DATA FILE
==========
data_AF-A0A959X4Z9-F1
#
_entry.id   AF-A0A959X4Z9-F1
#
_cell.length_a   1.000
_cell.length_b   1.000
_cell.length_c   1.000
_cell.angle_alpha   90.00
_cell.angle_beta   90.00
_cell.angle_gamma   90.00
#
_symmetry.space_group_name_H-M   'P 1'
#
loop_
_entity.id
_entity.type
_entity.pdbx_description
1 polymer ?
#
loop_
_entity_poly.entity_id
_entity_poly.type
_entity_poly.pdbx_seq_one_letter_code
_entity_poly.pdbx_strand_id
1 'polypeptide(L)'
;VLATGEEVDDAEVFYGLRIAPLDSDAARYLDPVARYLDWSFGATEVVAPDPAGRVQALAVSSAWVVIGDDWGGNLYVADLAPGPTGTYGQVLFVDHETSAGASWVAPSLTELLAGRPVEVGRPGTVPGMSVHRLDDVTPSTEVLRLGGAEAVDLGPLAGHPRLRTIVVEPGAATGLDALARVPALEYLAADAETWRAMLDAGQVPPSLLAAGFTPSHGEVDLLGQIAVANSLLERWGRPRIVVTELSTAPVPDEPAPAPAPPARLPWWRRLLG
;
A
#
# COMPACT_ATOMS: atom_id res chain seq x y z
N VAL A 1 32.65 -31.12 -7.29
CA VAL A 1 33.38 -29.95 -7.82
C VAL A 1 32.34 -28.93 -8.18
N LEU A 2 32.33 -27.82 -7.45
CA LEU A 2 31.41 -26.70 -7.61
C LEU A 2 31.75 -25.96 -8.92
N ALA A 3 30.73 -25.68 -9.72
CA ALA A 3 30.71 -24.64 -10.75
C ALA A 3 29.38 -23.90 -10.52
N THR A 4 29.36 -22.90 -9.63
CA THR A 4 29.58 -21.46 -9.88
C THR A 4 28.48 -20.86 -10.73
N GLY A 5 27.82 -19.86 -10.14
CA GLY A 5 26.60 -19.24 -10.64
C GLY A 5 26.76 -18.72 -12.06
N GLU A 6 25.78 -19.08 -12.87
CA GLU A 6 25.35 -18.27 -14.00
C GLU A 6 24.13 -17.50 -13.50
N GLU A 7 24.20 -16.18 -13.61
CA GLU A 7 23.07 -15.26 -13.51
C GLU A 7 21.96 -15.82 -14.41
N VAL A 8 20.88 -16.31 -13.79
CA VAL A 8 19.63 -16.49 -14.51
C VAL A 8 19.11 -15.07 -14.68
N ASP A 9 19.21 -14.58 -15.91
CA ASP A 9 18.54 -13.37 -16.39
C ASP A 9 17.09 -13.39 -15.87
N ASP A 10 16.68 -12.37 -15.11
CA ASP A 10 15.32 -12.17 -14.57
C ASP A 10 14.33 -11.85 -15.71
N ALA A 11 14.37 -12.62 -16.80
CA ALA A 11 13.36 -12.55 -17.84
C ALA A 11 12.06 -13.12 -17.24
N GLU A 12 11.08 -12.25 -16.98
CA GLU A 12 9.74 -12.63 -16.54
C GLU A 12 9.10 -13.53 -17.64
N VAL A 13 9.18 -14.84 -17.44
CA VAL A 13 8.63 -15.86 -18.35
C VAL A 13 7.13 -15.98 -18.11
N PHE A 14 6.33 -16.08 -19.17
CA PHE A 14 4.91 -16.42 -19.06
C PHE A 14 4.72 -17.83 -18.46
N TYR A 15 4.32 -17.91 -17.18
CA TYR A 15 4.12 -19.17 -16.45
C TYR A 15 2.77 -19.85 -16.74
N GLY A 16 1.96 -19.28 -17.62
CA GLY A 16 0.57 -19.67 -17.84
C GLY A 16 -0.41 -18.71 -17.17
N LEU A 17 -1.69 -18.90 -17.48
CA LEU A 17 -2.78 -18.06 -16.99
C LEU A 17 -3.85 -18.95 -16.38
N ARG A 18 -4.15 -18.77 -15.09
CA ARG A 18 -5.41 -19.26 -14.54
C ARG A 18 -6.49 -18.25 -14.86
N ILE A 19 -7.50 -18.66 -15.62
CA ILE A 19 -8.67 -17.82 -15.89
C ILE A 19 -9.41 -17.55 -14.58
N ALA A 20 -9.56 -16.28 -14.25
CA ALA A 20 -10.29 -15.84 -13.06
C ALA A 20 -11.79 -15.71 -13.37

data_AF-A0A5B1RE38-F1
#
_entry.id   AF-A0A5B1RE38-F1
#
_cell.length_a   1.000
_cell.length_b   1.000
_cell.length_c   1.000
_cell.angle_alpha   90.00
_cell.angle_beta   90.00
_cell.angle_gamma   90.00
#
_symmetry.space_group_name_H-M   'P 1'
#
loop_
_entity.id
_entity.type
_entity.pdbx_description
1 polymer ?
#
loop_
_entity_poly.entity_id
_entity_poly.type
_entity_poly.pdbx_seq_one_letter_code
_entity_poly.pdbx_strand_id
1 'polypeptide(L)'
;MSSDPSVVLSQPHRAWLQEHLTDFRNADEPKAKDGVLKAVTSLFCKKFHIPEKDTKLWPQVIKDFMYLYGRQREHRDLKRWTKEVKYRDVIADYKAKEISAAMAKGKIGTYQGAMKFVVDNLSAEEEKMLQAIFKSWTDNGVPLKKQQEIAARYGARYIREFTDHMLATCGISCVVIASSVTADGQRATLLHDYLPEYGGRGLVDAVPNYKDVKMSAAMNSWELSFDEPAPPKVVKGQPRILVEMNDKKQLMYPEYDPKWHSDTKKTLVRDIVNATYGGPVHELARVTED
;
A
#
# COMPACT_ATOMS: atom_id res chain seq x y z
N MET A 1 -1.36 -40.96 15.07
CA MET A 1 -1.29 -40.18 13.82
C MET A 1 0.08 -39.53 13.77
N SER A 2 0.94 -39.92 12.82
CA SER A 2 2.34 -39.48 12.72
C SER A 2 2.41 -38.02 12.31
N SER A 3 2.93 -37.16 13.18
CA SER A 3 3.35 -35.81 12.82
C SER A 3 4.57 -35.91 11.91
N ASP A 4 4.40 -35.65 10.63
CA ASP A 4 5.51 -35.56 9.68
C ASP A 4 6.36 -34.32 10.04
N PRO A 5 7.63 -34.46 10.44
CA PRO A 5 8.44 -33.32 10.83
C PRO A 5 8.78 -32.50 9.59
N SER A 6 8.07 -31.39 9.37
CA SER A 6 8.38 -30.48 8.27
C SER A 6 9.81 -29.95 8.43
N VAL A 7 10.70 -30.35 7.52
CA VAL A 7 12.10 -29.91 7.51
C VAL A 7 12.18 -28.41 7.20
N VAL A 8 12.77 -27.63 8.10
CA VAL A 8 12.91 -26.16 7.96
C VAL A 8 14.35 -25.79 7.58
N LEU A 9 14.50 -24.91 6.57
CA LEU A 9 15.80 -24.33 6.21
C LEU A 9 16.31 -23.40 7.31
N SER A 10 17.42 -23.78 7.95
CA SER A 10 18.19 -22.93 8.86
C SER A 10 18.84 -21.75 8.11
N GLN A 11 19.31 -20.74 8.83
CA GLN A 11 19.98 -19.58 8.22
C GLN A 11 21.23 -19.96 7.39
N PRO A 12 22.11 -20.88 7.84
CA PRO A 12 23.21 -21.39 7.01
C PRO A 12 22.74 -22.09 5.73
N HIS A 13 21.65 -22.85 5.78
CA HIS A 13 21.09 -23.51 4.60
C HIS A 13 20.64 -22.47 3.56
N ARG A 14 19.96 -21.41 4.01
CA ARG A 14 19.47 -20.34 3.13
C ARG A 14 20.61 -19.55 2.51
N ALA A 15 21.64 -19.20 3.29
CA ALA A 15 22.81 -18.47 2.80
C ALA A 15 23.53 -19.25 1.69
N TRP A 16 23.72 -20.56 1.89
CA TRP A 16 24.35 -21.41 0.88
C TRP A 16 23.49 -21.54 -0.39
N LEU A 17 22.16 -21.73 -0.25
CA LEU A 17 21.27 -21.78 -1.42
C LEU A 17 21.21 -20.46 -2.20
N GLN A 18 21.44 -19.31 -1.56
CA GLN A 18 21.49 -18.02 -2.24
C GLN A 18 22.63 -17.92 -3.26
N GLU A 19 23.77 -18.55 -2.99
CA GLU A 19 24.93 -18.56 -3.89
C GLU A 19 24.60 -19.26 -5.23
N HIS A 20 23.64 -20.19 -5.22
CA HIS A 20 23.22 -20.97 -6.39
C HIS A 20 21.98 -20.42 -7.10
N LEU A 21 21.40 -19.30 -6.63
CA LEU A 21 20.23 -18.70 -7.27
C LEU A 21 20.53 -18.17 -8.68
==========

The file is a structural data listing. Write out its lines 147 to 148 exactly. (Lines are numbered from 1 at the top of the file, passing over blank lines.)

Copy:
C LEU A 9 16.31 -23.40 7.31
N SER A 10 17.42 -23.78 7.95